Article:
Lucas Hnath\'s <em>The Christians</em>, which debuted at the 2014 Humana Festival at Actors Theatre of Louisville, is one of six finalists for the Steinberg Award.

ATCA Names Steinberg Finalists

The American Theatre Critics Association names six finalists for the 2015 Steinberg/ATCA award; winners to be announced April 11.

published Wednesday, March 18, 2015

Photo: Michael Brosilow
Lucas Hnath's The Christians, which debuted at the 2014 Humana Festival at Actors Theatre of Louisville, is one of six finalists for the Steinberg Award.

Six plays have been named finalists for the 2015 Harold and Mimi Steinberg/ATCA award, which is given each year to a script that premiered in the previous year outside of New York City. The plays—by Nathan Alan Davis, Tom Coash, Rebecca Gilman, Lucas Hnath, Caitlin Parrish and Richard Strand—were selected from 27 scripts nominated by members of the American Theatre Critics Association. This year's Steinberg committee featured 18 critics, including TheaterJones founder and editor Mark Lowry.

One winner and two runners up will be announced in a ceremony on April 11 at the Humana Festival of New American Plays at the Actors Theatre of Louisville. The M. Elizabeth Osborn Award, given to an emerging playwright, will also be awarded there.

Below is the complete press release from the American Theatre Critics Association, with more info on the plays, the prizes, the panel and other ATCA awards.


The American Theatre Critics Association (ATCA) has selected six finalists for the Harold and Mimi Steinberg/American Theatre Critics Association New Play Award, recognizing playwrights for the best scripts that premiered professionally outside New York City during 2014.

The top award of $25,000 and two citations of $7,500 each, plus commemorative plaques, will be presented April 11 at Actors Theatre of Louisville during the Humana Festival of New American Plays. At $40,000, Steinberg/ATCA is the largest national new play award program of its kind.

In 1977, ATCA began to honor new plays produced at regional theaters outside New York City, where there are many awards. No play is eligible if it has gone on to a New York production within the award year. Since 2000, the award has been generously funded by the Harold and Mimi Steinberg Charitable Trust.


The finalists, alphabetically by play:

Butler, by Richard Strand — What starts as a droll comedy of words evolves into a fascinating retelling of a true incident that undermined a century of government-sanctioned slavery. Strand depicts the prickly interaction between a contentious but brilliant escaped slave and a taciturn lawyer recently appointed as a Union Army major general. Amid wry comedic interplay between the protagonists and with an ever-closing life-or-death deadline approaching, the title character finds an ingenious way to turn the official view of slaves as property into a legal way of giving sanctuary and eventually providing freedom to thousands of runaways. The play received its world premiere at the New Jersey Repertory Company in June 2014.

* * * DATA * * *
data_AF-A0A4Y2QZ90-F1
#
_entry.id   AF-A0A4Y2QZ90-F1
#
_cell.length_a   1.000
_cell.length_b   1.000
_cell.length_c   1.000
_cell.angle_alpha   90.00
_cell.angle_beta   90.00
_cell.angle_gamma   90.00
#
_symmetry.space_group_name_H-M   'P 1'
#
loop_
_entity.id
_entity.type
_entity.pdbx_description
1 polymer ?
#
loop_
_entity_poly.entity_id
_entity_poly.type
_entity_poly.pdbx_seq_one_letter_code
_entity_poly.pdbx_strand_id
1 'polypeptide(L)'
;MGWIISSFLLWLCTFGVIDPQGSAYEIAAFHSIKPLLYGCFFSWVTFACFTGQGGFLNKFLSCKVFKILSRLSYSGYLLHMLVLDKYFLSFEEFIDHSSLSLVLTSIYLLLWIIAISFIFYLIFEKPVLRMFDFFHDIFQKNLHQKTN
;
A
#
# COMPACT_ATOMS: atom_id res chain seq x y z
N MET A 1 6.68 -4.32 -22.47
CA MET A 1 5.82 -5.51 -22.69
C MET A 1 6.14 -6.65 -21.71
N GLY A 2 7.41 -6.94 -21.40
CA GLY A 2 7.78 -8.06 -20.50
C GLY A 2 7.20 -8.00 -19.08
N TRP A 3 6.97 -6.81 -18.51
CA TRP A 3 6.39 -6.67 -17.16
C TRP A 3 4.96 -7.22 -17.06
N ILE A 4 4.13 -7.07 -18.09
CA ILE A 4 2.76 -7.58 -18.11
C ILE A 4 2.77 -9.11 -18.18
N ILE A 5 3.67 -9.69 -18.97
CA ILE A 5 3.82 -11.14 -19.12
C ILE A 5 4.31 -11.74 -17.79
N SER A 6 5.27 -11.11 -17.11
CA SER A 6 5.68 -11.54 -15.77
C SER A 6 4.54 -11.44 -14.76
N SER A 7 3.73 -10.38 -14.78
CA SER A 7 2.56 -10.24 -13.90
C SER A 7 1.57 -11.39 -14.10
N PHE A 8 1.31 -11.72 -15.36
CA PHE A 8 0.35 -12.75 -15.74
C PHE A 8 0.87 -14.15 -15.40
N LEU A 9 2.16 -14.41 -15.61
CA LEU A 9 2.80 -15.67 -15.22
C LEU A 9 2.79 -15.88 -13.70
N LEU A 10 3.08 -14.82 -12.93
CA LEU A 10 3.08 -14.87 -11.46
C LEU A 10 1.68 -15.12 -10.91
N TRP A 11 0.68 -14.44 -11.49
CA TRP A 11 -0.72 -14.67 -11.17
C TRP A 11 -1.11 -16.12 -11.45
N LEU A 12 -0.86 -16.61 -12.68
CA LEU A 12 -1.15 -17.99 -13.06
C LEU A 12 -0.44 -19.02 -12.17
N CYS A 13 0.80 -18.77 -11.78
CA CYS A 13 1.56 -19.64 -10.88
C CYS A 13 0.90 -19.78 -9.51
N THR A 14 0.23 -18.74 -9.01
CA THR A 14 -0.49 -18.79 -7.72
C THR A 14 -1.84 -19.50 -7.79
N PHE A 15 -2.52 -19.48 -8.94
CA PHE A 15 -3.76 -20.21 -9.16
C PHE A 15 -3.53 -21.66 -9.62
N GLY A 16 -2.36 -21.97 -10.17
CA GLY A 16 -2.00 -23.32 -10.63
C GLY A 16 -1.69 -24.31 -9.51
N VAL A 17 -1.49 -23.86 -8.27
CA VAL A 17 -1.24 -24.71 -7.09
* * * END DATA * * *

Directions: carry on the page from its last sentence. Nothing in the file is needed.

The Christians, by Lucas Hnath — The audience is thrust into a Sunday morning service in a well-heeled church with an affable, charismatic pastor. But the preacher suddenly advocates a profound departure from dogma, causing a huge rift in the congregation. This even-handed, compelling and theatrical work investigates belief on a personal and theological level. It asks deep moral and spiritual questions about doctrine, faith and belief without condescension and with verve and skill. The work debuted last spring at Actors Theatre of Louisville through the Humana Festival from the author of a Steinberg citation recipient last year for Death Tax.

Dontrell, Who Kissed The Sea, by Nathan Alan Davis — This powerful, metaphoric and poetic drama traces one young man's odyssey in present day Baltimore to palpably connect with his roots by embracing a heroic ancestor who preferred to die drowning in the Atlantic Ocean than arrive in America as a slave. Simultaneously grounded in modern day America, yet gloriously lyrical and theatrical, it mixed the sacred and mundane. The work was formally unveiled as part of the National New Play Network Rolling World Premiere Program in a co-production at the Skylight Theatre Company and Lower Depth Theatre Ensemble in Los Angeles after a developmental production at the DC Source Theater Festival.

The Downpour, by Caitlin Parrish — Described by some judges as a character study in the guise of a Hitchcockian suspense thriller, The Downpour is a disturbing and well-crafted tale of two sisters scarred by abuse as children. Now adults, they deal differently with the imminent birth of a child. But allegiances, assumptions and expectations turn inside out more than once to make the audience question shallow snap judgments as Parrish confronts unspeakable sorrow without any effort to sugar-coat anything. It had it first outing in September at Route 66 Theatre Company in Chicago.